Miami Springs residents stormed into City Hall on Monday seeking answers about the abrupt closure of a popular tot lot.
“This is a Neanderthal knee jerk just because the mayor’s son stepped on a rotten plank,” said Nery Owens, a longtime resident who lived for decades across from the Prince Field playground.
Owens came to the meeting prepared after pulling a series of public records requests that included park safety inspection reports. She also took “165 pictures” as proof that the city did not maintain the park, as promised, she said.
“It has been a deliberate setup by the mayor to destroy our history and our children’s inspiration,” Owens said, as she described watching children play at the park as princesses, pirates and dragon slayers.
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The city has spent $47,374.89 over the past 10 years to maintain the tot lot, officials said.
About $180,000 has been budgeted for the playground, according to City Manager Ron Gorland. It is unclear where the city will get additional funds to build a new park which will cost up to $395,000.
The cost of each option:
▪ $245,000 for option one includes a “generic metal framed playground very similar to Stafford Park.
▪ $395,000 for option two includes “play structures made out of composite wood to match the existing playground and theme.”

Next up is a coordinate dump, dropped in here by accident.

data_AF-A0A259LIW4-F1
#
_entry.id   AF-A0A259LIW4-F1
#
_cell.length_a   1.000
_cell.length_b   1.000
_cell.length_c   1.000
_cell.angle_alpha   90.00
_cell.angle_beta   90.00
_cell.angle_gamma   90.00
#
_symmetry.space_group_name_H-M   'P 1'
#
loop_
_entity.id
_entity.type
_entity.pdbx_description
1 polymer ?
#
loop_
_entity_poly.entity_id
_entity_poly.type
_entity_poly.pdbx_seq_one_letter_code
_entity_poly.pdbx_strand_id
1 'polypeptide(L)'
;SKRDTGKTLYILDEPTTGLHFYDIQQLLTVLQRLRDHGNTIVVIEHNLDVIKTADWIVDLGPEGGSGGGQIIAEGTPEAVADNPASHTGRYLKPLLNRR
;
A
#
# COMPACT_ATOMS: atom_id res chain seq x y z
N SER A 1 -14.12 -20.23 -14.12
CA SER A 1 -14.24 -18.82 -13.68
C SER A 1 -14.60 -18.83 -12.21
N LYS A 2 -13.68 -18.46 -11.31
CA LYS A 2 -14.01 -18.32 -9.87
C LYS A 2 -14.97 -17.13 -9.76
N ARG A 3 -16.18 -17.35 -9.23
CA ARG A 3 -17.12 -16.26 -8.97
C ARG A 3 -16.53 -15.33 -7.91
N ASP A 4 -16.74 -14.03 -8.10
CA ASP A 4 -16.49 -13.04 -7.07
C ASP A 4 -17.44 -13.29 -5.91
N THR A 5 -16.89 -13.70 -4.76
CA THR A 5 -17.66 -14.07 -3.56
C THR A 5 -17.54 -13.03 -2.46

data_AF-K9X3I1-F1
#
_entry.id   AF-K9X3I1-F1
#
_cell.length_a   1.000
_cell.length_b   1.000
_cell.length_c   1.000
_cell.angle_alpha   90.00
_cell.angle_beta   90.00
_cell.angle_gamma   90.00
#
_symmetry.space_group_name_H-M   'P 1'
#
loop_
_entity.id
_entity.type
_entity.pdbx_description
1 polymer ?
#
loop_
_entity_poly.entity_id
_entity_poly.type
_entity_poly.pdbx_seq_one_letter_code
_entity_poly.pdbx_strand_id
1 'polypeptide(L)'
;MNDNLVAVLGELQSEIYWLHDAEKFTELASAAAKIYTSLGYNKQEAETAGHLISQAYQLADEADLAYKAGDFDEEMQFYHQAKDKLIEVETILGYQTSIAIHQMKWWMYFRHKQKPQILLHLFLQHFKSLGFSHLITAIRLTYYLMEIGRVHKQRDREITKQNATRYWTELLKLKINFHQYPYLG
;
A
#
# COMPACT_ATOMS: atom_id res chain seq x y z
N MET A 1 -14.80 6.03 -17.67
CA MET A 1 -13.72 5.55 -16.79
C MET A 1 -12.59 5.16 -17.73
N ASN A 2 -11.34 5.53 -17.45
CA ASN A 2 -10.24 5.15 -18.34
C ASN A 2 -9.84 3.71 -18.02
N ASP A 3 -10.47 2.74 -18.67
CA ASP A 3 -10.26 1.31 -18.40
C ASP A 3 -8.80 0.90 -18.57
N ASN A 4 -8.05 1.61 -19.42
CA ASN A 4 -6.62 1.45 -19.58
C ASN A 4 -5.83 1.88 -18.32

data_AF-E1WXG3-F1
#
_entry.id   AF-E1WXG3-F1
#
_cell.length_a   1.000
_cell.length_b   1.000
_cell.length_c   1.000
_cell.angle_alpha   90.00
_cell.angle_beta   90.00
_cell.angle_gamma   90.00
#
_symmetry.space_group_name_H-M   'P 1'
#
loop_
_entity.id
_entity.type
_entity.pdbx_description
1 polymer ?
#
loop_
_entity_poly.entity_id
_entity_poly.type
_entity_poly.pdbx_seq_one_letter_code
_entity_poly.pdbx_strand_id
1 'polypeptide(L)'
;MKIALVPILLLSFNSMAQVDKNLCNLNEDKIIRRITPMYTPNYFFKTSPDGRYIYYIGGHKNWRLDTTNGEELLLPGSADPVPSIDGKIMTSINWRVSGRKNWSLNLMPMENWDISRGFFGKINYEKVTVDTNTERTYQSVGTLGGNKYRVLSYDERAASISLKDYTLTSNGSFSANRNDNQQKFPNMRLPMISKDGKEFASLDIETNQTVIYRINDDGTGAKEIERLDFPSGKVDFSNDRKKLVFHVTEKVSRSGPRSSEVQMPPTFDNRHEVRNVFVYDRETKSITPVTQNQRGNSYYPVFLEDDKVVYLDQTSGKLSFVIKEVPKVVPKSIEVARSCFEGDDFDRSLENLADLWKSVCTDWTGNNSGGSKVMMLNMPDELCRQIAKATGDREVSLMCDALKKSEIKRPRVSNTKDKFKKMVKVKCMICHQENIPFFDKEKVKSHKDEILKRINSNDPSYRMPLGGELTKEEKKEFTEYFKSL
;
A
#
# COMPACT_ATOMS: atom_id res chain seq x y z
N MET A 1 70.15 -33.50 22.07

▪ $383,000 for option three includes “play structures made of wood.”
“I felt very betrayed,” said resident Robert Samy, who waited in line to speak at an open forum and started a petition among neighbors to block the tot lot’s closure. “We don’t know of any safety issues there.”
Miami Springs city leaders voted 5-0 at the Dec. 14 council meeting to abruptly shut down the popular children’s playground at Prince Field because of safety concerns.
“If you know it’s not safe, then you gotta shut it down,” City Attorney Jan Seiden said. “You have to yellow tape it.”
The current playground, built by residents and volunteers about 20 years ago, is not compliant with the federal Americans with Disabilities Act, officials said. It is also unclear whether the tot lot with slides and swings was up to city code.
Residents caught officials off guard during open forum and spoke for more than an hour against closing the tot lot.
“Promise me that you will come to the meeting when we discuss it and you will change whatever social media you go to — get off of them and come to miamisprings-fl.gov to get factual information as opposed to opinions,” said Mayor Zavier Garcia.
Garcia instructed the city clerk to take detailed notes about each speaker’s request.
“I want to answer all of their questions,” Garcia said.